In the land of link obsessed search marketers, the nofollow tag is not popular. Especially when sites like Wikipedia make use of it. Why? Because the nofollow tag means that search engines won't pick up the incoming link and use it to boost search rankings. Yes, a link on Wikipedia can be incredibly useful in terms of direct traffic, but if you're obsessed with links for the sake of increased rankings, a nofollow can be a deal breaker.
Unless you're crafty like Matt McGee.
Matt has a great post today over at Small Business SEM that points out the incoming link benefits of a Wikipedia listing. Yes, he mentions the obvious traffic potential, but he also points out that with Wikipedia content doesn't just appear on Wikipedia...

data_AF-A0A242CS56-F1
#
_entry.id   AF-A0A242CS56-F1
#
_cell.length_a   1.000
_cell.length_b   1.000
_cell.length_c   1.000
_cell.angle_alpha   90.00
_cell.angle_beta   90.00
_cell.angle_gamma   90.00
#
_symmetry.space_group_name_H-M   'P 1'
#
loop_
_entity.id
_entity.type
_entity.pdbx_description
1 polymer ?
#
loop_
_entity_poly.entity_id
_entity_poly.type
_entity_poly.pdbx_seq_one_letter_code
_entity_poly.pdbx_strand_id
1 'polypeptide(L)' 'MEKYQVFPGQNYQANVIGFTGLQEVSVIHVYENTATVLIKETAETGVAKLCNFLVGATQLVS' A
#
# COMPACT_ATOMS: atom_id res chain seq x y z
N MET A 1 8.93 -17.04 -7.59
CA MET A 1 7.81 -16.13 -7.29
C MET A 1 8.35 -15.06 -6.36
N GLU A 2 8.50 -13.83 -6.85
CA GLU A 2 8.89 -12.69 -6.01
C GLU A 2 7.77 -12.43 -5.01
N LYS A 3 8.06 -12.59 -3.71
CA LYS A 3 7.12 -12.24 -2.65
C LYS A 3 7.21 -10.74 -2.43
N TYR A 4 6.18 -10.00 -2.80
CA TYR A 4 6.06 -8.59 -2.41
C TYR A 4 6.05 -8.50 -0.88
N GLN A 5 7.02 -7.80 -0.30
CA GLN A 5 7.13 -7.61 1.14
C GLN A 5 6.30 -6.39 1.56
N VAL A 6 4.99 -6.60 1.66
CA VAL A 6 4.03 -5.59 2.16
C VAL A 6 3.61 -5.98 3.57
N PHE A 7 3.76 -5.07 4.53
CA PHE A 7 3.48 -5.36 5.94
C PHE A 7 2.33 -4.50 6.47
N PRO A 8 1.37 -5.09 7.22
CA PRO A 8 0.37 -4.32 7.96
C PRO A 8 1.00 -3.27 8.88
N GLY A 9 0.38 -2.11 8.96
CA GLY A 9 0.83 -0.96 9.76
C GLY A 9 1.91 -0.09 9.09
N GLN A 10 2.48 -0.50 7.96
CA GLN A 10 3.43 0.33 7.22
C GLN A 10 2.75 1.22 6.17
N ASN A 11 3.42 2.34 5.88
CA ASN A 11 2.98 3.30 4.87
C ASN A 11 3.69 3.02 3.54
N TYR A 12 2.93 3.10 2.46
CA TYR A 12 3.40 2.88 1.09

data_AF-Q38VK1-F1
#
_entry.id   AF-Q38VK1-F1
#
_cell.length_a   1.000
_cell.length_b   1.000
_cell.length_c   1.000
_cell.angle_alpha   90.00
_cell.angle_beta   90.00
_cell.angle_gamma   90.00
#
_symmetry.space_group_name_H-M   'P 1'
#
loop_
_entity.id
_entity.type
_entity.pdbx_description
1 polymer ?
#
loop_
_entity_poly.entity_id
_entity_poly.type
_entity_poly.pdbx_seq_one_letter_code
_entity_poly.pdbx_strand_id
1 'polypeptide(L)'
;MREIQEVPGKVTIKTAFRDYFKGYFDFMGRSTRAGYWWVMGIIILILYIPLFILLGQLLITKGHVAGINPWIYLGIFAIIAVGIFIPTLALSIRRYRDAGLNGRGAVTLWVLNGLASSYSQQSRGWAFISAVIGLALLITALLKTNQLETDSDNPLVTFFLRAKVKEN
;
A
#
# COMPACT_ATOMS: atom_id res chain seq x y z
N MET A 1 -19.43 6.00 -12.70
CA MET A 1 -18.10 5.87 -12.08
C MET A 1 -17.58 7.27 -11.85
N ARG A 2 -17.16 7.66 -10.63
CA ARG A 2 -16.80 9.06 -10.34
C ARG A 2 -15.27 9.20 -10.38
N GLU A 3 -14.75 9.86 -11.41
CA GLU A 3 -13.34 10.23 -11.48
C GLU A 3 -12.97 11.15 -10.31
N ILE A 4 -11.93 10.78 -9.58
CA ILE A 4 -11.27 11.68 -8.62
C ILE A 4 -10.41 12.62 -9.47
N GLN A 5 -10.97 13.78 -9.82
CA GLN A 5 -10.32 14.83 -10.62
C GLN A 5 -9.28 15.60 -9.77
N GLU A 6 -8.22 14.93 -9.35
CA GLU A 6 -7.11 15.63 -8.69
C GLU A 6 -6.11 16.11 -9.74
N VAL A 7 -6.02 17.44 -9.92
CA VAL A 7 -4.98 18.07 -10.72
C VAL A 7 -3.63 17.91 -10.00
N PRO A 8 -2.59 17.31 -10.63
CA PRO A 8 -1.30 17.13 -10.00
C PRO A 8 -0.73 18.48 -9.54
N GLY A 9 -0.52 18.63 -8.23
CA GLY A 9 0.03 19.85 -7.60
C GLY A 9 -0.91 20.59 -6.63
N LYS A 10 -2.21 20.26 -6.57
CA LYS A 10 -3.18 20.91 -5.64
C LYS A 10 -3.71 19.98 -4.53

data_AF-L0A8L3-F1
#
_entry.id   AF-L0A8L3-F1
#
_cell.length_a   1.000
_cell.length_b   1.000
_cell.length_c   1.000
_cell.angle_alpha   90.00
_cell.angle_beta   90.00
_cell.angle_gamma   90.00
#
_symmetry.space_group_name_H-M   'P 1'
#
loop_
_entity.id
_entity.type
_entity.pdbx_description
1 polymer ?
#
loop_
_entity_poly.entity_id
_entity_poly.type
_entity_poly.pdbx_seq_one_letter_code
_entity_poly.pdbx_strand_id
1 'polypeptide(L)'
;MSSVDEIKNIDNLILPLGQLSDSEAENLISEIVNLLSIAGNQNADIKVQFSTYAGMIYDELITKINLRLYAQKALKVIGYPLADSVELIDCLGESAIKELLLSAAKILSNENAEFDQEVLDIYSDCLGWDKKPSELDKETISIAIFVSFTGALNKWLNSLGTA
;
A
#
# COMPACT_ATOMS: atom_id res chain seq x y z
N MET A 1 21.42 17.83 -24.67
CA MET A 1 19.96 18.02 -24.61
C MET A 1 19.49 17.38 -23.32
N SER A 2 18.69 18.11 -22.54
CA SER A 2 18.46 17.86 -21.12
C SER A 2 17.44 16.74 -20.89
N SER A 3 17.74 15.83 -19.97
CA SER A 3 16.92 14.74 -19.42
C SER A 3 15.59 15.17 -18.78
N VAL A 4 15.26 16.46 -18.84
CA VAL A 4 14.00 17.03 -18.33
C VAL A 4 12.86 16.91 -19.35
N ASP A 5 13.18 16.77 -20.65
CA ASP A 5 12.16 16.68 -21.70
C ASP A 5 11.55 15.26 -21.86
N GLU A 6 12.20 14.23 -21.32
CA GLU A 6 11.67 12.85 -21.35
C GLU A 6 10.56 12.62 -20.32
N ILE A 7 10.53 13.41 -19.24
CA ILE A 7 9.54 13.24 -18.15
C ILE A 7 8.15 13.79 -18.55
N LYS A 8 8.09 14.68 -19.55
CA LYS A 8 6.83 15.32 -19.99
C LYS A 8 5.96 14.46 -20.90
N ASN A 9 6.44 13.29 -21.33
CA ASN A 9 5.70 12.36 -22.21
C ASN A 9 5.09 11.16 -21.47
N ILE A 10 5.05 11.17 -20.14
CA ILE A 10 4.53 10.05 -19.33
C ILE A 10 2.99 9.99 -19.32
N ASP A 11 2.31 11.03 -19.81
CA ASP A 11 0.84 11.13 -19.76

...we're overlooking one Big Fact: Wikipedia content doesn't only appear on Wikipedia.com. It's freely licensed, and liberally used by other sites.
And the external links aren't always no-followed on those other sites.
He goes on to give an example of content showing up on a third party site without the nofollow in place, meaning that the Wikipedia content IS sending some link juice toward the linked sites.
I'd also point out that the value of Wikipedia traffic tends to be pretty high as well. When Matt Bailey did some talks on engagement rates from various social media sources earlier this year, he found that Wikipedia traffic tended to be very highly engaged and to have a pretty strong conversion rate.
Another good reason to remind yourself that sometimes you gain more value from the link traffic than from the link juice.
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